The 365 Ways Blog

Michael Norton is author of "365 Ways to Change the World", which provides an issue for each day of the year, interesting facts, inspiring case studies of people doing things to address the issue and ideas for action. Originally published in the UK, versions with local content have been published in Australia, Canada, India, South Africa and the USA. To find out more visit our website:

01 July 2008

Support the Bhopal victims

The Bhopal Disaster of 1984 was an industrial disaster caused by the accidental release of 40 tonnes of Methyl Isocyanate from a Union Carbide India pesticide plant (50.9% owned by the Union Carbide corporation) located in the heart of the city of Bhopal, in the Indian state of Madhya Pradesh.

According to the Bhopal Medical Appeal, around 500,000 people were exposed to the leaking chemical. The death toll was estimated by the BBC at nearly 3,000 people who died immediately and at least 15,000 from related illnesses subsequently, although this may be a conservative estimate. Over 120,000 people continue to suffer from the effects of the disaster – such as breathing difficulties, cancer, serious birth-defects, blindness, gynaecological complications and other related problems.

Alongside the Chernobyl nuclear disaster, Bhopal rates as the major industrial disaster of the 20th century. After a fight, some compensation was obtained from Union Carbide, but it was not nearly enough and many of the victims found it hard to access. Nearly 25 years later, teh disaster is still causing misery.

After marching more than 500 miles from Bhopal to Delhi, a group survivors and their children, with ages ranging from 6-year old Nagma to eighty-plus year old Gulabo Bai, sat at Jantar Mantar in New Delhi for over 70 days in Spring and Summer 2008 to highlight the unresolved issues of the Bhopal disaster, braving dust storms and heavy rainfall. They asked for a meeting with Prime Minister Manmohan Singh even before they began their march to Delhi. They are demanding the formation of a Special Commission on Bhopal, and for legal action to be taken against Dow Chemical Company, the successor company to Union Carbide which inherited the liability for the ongoing consequences of the disaster.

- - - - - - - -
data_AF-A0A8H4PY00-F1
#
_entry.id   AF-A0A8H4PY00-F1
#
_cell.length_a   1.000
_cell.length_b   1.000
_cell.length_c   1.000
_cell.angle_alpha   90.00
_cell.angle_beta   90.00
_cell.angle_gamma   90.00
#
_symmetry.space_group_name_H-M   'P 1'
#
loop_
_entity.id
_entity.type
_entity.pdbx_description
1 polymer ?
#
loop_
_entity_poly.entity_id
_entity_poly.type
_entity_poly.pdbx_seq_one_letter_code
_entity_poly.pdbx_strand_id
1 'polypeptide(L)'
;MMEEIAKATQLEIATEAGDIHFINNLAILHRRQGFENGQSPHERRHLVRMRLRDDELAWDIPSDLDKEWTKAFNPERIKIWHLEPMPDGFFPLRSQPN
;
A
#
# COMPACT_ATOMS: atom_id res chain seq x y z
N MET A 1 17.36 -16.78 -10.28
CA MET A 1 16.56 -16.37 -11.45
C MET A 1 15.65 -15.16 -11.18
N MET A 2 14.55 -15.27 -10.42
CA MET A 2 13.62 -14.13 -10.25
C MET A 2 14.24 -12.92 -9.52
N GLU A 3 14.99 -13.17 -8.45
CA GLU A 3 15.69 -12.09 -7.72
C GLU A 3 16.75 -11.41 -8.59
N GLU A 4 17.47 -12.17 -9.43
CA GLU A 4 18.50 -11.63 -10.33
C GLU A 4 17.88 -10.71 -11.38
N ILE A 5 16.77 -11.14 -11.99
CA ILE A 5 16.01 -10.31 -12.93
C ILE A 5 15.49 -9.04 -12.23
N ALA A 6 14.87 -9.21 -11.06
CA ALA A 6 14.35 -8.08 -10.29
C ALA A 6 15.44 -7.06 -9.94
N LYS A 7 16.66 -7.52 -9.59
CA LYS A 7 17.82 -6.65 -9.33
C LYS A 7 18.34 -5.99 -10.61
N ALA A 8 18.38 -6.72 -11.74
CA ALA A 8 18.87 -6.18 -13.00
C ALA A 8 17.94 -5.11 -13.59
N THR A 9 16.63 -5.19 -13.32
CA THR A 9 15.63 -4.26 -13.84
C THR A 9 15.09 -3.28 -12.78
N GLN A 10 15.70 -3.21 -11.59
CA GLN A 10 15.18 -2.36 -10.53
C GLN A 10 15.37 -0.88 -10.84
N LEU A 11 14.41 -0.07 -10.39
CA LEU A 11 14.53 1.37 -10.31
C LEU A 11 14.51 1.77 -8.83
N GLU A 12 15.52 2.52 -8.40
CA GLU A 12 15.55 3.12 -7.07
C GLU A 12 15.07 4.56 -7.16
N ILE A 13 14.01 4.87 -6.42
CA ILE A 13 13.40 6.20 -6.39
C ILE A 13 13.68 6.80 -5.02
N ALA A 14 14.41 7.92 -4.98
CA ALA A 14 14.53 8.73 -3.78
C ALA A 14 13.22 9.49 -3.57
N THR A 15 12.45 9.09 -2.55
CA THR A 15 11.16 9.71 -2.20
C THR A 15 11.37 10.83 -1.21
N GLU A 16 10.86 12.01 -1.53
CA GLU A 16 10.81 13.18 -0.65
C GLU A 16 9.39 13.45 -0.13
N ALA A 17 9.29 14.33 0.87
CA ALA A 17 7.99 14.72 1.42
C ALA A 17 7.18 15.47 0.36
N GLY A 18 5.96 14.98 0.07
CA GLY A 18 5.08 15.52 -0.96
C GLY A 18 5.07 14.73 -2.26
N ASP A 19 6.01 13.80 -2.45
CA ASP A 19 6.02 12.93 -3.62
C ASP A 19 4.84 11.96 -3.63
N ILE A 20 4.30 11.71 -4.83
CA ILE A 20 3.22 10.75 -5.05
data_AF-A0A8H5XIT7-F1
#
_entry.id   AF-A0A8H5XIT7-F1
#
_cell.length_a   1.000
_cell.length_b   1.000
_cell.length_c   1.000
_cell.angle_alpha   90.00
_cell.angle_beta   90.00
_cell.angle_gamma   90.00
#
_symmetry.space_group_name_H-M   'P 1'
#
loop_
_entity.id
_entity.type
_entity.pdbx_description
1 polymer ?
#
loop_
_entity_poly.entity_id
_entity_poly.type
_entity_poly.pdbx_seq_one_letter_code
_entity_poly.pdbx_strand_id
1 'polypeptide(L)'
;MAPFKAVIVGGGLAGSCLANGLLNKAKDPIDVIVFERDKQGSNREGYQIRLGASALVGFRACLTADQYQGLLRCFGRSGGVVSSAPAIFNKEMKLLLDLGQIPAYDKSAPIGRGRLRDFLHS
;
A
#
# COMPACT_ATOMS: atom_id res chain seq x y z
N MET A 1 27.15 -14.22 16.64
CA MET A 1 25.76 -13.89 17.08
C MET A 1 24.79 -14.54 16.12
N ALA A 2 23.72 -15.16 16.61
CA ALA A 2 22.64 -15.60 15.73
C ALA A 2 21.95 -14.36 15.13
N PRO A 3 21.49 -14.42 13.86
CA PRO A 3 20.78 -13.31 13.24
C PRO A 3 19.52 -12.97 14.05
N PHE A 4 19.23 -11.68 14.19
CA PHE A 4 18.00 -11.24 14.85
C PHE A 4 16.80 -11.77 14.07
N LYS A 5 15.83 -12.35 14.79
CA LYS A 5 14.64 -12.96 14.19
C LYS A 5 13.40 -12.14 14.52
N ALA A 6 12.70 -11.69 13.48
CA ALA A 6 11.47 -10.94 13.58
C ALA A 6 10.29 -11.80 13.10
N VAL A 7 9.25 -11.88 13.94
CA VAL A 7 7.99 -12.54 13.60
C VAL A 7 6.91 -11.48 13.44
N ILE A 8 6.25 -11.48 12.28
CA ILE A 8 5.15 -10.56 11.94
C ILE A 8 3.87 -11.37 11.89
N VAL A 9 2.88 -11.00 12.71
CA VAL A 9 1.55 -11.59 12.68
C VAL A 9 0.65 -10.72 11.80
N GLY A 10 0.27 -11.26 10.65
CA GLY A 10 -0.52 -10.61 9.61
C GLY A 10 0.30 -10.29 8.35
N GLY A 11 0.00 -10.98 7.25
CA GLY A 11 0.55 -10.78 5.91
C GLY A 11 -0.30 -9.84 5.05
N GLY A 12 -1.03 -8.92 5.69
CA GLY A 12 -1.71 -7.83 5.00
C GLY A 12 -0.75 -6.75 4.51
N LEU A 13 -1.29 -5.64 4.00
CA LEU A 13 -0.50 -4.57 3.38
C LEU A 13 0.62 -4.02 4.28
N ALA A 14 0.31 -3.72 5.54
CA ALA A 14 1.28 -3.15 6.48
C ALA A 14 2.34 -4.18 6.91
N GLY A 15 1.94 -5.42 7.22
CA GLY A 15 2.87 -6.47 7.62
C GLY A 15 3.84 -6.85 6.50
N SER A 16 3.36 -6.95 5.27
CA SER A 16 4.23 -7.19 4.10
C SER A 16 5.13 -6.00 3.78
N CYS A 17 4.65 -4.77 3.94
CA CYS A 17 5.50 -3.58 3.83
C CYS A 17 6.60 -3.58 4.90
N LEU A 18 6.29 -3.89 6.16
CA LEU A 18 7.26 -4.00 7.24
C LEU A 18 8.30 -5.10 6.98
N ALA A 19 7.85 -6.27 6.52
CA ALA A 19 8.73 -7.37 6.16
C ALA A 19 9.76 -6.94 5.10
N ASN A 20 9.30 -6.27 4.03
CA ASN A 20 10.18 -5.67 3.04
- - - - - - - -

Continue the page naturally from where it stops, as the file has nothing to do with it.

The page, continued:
The Prime Minister remained deaf to their pleas. Then nine of the survivors and supporters began an indefinite hunger strike in Delhi starting on June 10. You can read more about the march, sit-in and campaign at

Penelope Doyle decided to fast for one day on 29 June 2008 in solidarity with the survivors of Bhopal. She became part of the International Hunger Strike Relay. And she writes as follows: “I am doing my part to express my support with the survivors. I am writing to ask you to help in whatever capacity possible.” Here are some of the ways that you could support Penelope and the Bhopal Survivors:

1. Join the International Hunger Fast and sign up to fast for a day or more at

2. Donate to the International Campaign for Justice in Bhopal. Please send the money that you would spend on a day’s worth of food to support the Bhopalis’ struggle by going to

3. Call the Prime Minister of India's office to express your disappointment in India’s leaders who are supposed to be there to help the people. Call from overseas at: +91-11-2301 8939 or +91-11-2301-1166. Or send an online fax to the Prime Minster's office at

4. Spread the word. If you create awareness as a first step, then action will follow. Visit the International Campaign for Justice in Bhopal website and the Bhopal Medical Appeal website at for more information. Or for the Union Carbide viewpoint and their statement about the disaster, go to: